Personal Regenerative Practices in the Age of Information Overload
I am so grateful to have been able to take part in the morning breakout session on personal regenerative practices at Emergence, the Emerging Arts Professionals daylong annual convening on June 3, 2013. Facilitated by Emma Bailey, associate producer at Citizen Film; Carrie Blanding, former executive director of the San Francisco Contemporary Music Players; and Yesenia Sanchez, coach and consultant, this session explored how we can rest and regroup as arts professionals in the age of around-the-clock email and social media.
How can we make time for the creative work that most inspires us when we barely even have time to do laundry?
That’s Just How We Roll: The Balance Wheel and Beyond
Emma Bailey started us off with an exercise called The Balance Wheel.
The guiding question for the Balance Wheel exercise was: “How do you
spend your time and energy?” We were to choose eight areas of our life that we felt took up a significant amount of our time and energy. Next, we divided a circle into eight pie-wedge sections of equal size, each representing a different area of our life. We then drew a line across each section to indicate how fulfilled and satisfied we felt in that area of our life.
The closer the line to the middle of the circle, the less satisfied we were; the further out towards the outside of the circle, the more satisfied.
When we were done, Emma asked for us to share what we had discovered. We then spent a few minutes teasing out why our wheels looked the way they did and how we could make them more balanced. Many of us in the room felt that we spent most of our time trying to catch up with the necessary tasks of daily living. As a result, studio time or creative time or regenerative time – or any sort of time that allowed us to feel rested, rejuvenated, or inspired – was liable to be lost in the crush of “getting more pressing things done.”
The end result? All of us often ended up feeling depleted, frustrated, and discouraged.
Artists without Borders: The Importance of Boundaries in a Creative Life
After this lopsided time-allocation has been identified, what in the world is an artist supposed to do? It’s one thing to become aware of the problem, but it’s a whole different matter to begin to use our time more effectively.
Carrie Blanding followed up the Balance Wheel Exercise by leading a discussion about the importance of carving out time for recreation, and even time for doing nothing. We talked in particular about setting healthy boundaries at work and with family members and friends.
Setting boundaries, Carrie explained, might be as simple as telling family members, friends, and coworkers: “This is when I’m available, and this is when I will be busy with my creative work.”
Carrie also shared her technique of “managing expectations.” In other words, it helps to be straightforward and upfront with coworkers and others about when to expect that a particular project will be completed. All in all, the conversation was constructive and helpful, yielding several pragmatic and common sense approaches to achieving more balance in the face of the daily “to dos.”
Practice, Practice, Practice
To wrap up the hour, Yesenia Sanchez spoke to us about positive practices and empowering beliefs that can support us in achieving more balance and fulfillment in their lives. She started out by focusing on common ways we deplete our energy and creativity. The list included cramming our days and nights with obligations (gulp!) and indulging in people-pleasing to the extent that we give away our personal power (oh, dear, this one’s familiar, too!).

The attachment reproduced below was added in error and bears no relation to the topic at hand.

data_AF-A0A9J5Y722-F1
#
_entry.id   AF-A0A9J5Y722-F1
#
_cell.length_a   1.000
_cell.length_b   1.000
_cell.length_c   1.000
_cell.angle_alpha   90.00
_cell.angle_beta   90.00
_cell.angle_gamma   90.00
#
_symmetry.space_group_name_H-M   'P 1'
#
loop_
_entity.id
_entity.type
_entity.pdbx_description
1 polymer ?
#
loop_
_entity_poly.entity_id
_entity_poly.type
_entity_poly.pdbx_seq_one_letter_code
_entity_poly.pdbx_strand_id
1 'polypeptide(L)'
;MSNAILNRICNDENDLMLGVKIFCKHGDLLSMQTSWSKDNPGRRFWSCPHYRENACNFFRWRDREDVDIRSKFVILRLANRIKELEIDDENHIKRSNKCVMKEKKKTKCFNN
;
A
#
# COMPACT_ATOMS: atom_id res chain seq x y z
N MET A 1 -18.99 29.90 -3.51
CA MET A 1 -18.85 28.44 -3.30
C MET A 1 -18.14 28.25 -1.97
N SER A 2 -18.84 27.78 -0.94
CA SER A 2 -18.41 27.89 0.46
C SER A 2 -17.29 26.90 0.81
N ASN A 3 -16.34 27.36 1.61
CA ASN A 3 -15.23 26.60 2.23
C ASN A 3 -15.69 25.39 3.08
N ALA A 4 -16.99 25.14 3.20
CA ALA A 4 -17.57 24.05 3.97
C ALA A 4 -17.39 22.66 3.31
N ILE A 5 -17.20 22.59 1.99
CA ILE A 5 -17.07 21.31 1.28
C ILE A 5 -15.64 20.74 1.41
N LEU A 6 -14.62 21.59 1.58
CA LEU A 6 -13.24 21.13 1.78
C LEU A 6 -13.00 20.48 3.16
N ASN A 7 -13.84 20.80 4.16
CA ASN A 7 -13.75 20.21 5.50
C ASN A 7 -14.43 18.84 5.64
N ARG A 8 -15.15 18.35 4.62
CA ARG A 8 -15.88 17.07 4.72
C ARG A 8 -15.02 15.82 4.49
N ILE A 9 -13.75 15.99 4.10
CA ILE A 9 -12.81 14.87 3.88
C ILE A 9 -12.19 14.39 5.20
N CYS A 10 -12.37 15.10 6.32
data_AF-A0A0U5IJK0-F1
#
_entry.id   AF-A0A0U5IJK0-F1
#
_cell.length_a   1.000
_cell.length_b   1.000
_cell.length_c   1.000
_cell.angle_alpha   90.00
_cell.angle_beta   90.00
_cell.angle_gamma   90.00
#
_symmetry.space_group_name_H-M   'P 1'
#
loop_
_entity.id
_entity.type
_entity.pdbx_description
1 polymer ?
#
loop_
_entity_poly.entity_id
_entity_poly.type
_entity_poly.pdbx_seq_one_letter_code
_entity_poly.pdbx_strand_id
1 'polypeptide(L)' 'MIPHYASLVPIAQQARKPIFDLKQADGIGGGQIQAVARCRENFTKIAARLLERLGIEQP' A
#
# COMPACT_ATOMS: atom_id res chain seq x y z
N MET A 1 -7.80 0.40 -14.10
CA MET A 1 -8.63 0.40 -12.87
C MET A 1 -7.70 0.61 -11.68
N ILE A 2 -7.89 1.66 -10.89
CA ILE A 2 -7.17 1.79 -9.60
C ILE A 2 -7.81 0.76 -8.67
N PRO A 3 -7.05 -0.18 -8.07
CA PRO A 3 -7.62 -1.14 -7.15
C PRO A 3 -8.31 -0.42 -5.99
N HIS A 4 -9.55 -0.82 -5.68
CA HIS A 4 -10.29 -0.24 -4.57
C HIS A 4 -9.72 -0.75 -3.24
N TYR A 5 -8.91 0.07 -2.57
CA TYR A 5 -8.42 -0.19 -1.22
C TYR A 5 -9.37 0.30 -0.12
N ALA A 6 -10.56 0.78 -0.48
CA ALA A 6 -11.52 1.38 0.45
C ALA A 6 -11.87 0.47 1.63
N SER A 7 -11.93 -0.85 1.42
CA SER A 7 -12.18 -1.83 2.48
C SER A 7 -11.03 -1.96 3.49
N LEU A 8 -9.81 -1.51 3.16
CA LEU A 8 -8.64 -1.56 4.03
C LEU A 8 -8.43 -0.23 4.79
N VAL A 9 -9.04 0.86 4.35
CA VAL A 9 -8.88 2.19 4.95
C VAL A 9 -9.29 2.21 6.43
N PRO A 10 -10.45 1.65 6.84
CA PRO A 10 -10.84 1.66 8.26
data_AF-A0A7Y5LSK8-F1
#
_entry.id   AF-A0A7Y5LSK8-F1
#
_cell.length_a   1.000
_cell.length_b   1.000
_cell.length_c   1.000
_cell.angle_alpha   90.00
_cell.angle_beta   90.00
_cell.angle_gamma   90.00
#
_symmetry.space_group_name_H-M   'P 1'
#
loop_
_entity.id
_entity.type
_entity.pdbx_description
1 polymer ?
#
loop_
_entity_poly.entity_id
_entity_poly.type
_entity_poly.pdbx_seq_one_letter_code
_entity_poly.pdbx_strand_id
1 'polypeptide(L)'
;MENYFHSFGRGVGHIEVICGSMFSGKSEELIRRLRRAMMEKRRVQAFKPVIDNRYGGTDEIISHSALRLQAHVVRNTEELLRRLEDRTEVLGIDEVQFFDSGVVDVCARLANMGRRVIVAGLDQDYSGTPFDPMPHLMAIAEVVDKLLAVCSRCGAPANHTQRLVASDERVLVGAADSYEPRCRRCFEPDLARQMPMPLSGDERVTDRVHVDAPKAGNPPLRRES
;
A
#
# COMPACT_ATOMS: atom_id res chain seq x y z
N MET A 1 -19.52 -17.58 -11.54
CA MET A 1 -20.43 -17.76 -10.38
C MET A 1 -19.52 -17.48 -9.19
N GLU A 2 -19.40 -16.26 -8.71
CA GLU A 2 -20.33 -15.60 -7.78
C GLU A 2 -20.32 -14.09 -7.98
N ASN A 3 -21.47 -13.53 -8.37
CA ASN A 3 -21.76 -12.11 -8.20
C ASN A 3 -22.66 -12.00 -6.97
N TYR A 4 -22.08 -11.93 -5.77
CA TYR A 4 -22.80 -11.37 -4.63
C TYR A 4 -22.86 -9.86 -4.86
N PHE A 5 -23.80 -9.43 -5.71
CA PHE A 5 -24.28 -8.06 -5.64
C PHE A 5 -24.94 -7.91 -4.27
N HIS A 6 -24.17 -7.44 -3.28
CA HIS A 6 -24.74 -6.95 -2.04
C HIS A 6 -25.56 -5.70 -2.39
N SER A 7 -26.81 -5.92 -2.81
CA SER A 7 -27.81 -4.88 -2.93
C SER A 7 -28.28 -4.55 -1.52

But don’t worry, says Yesenia. There’s hope!
She introduced a series of practices to help regenerate and rejuvenate on a daily basis:
- Getting clear on what you want to be creating in your life, and then checking in daily with yourself on whether or not you are living your vision is empowering.
- “Unplugging” in a very literal way is not only important, it’s essential. Try turning off your cell phone, perhaps just for a couple of hours at first. If you get really ambitious, you could even try it for a whole weekend. (Gasp!)
- Doing things differently is very good for the brain, and it can also help us to regenerate and keep things fresh. This could mean taking a different route to work or even brushing your teeth with your non-dominant hand.
- Practice having necessary conversations, even if they are difficult or uncomfortable. Voicing concerns right away, instead of waiting until resentments have reached a boiling point, can go a long way toward smoothing out difficulties in relationships.
To wrap up her time, Yesenia reminded us that we all usually have more power than we think to turn any situation in our lives in a more positive direction. And
She left us with an empowering belief that she encouraged us to take on as our own to drive us forward in our development as artists: “Your life,” said Yesenia, “is precious. It’s worth it to pursue the life you want to lead.”
All in all, it was an inspiring and informative hour. Having talked through common stumbling blocks and shared frustrations with the others in the room, I felt much less alone. In addition, I was equipped with a new set of inspiring tools and practices that I could use to achieve more balance in my life as an arts professional.
About Lucy Claire Curran
Lucy Claire Curran is a freelance writer living and working in San Francisco, CA. A recent graduate of Harvard College with a degree in English, Lucy Claire is currently at work on the manuscript of her first novel, titled The Third Hit. In addition to writing poetry and prose, Lucy Claire loves reading, painting, laughing, and going on adventures.